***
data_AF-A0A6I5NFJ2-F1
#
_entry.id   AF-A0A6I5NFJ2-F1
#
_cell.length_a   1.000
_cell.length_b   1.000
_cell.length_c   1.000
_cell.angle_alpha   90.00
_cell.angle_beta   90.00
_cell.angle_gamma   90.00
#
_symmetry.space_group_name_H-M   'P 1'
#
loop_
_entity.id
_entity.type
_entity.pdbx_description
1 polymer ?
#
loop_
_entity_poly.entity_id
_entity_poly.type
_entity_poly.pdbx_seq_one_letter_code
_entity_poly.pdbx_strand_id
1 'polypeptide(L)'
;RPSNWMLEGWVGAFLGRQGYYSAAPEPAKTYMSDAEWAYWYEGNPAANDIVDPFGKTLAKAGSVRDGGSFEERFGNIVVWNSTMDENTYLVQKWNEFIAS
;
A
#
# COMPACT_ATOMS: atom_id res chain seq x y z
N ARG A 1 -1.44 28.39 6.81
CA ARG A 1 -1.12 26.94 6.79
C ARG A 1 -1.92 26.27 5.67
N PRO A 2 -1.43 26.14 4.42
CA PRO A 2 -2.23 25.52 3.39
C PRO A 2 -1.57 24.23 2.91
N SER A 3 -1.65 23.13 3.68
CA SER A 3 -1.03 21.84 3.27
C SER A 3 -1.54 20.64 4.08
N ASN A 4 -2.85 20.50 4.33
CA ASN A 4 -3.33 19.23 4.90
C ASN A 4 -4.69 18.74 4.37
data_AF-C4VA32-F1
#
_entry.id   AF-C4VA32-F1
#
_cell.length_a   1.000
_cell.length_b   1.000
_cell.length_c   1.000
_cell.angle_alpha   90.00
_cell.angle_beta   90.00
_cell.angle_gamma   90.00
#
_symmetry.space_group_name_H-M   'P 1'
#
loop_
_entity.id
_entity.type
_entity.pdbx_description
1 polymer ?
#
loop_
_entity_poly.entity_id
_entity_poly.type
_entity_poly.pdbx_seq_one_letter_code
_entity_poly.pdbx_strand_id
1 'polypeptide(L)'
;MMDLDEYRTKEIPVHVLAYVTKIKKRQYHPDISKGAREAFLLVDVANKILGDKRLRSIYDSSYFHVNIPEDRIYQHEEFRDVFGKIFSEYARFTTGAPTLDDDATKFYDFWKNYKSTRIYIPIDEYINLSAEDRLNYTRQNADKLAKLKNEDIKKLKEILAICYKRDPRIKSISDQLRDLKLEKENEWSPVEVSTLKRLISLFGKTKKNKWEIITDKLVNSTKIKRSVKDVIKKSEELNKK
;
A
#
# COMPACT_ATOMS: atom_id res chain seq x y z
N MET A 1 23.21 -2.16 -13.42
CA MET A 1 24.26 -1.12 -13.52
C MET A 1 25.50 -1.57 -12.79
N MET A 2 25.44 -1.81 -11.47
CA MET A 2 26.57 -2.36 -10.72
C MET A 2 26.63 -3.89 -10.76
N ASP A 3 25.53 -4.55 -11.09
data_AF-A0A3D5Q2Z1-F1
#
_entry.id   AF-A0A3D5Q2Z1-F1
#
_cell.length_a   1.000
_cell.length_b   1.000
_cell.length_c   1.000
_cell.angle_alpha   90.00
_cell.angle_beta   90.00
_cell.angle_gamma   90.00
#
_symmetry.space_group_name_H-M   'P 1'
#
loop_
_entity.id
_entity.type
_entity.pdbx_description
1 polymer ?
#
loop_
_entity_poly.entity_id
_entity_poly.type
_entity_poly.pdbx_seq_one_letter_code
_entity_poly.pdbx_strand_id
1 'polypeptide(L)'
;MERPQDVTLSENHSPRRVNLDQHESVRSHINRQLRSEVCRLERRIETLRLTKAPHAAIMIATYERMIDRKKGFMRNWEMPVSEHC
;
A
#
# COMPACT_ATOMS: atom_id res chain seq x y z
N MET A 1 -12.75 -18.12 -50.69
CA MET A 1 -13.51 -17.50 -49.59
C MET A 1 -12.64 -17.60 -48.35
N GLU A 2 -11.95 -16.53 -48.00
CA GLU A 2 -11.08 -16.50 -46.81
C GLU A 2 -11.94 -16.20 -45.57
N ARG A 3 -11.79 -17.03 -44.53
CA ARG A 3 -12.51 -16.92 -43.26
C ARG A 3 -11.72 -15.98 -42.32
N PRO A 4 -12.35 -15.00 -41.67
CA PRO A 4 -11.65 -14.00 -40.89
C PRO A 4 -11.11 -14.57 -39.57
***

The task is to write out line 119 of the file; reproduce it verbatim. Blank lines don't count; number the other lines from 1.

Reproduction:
N PRO A 4 -12.35 -15.00 -41.67